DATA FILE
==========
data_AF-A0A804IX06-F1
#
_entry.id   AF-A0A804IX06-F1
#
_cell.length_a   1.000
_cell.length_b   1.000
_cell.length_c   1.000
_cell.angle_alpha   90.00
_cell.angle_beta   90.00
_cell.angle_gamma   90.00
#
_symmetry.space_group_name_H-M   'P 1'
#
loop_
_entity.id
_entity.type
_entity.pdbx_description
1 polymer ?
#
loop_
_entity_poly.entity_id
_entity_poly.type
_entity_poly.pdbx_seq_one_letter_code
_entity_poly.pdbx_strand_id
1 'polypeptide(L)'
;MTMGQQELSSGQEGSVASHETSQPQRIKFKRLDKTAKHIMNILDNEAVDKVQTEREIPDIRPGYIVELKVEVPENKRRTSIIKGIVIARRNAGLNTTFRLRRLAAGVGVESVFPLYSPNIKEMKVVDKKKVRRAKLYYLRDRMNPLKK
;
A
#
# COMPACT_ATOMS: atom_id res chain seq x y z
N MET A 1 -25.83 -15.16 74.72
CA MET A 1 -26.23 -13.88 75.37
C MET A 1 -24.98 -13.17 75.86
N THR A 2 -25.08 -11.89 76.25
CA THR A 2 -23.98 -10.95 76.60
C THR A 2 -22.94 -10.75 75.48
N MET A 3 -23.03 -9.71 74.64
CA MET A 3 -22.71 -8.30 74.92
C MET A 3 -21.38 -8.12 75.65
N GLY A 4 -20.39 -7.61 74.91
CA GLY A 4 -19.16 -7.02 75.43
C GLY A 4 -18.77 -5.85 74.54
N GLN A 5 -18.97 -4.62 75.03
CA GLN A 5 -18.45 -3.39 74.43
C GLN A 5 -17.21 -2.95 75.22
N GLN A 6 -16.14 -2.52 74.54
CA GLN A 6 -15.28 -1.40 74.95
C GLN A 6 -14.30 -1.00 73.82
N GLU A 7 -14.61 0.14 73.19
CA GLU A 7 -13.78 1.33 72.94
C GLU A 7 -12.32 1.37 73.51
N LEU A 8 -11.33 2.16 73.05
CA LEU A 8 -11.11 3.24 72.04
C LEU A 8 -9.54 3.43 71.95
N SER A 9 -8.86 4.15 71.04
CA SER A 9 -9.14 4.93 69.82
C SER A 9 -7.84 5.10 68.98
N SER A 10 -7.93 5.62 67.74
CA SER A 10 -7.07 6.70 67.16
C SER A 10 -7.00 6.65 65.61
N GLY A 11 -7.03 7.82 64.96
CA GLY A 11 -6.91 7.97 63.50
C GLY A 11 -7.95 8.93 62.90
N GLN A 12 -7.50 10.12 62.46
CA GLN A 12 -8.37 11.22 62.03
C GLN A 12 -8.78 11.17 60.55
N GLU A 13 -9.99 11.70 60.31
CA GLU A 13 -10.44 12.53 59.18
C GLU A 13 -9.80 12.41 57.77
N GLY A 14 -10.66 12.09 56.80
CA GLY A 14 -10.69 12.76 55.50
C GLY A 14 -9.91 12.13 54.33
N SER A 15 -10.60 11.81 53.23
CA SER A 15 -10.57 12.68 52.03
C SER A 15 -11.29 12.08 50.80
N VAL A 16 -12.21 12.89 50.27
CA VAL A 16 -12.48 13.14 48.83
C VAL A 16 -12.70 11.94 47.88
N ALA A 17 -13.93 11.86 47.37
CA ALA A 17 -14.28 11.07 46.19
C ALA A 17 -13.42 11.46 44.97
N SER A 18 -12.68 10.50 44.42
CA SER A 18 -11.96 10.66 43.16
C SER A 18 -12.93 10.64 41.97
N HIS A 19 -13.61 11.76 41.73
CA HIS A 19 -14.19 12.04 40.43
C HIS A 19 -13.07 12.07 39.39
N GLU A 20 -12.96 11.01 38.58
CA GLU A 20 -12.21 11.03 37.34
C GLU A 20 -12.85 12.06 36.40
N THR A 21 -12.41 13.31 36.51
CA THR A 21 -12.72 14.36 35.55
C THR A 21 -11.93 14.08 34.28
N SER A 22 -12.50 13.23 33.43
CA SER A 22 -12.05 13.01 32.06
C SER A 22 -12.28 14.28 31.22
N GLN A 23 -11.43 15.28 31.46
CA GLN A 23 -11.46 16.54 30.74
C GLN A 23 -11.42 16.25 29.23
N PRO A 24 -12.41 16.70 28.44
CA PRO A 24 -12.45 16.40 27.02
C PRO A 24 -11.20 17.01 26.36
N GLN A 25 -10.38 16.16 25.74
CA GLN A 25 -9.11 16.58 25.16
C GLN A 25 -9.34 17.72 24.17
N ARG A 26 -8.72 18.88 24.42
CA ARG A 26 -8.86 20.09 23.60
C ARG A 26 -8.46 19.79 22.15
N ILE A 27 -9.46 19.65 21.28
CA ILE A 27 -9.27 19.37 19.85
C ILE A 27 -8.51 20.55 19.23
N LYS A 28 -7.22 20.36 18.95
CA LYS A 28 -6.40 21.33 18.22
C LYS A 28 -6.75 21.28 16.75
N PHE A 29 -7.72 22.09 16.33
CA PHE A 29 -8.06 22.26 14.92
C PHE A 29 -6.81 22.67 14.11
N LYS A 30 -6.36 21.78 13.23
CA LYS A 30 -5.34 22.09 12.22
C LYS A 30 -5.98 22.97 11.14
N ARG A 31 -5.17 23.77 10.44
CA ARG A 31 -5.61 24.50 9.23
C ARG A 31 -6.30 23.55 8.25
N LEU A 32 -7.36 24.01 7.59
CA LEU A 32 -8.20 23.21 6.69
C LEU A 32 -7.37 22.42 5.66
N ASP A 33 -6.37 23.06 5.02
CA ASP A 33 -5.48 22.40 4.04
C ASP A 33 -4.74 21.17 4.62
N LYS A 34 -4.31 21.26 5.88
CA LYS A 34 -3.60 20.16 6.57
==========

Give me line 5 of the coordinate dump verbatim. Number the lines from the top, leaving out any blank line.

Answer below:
_cell.length_a   1.000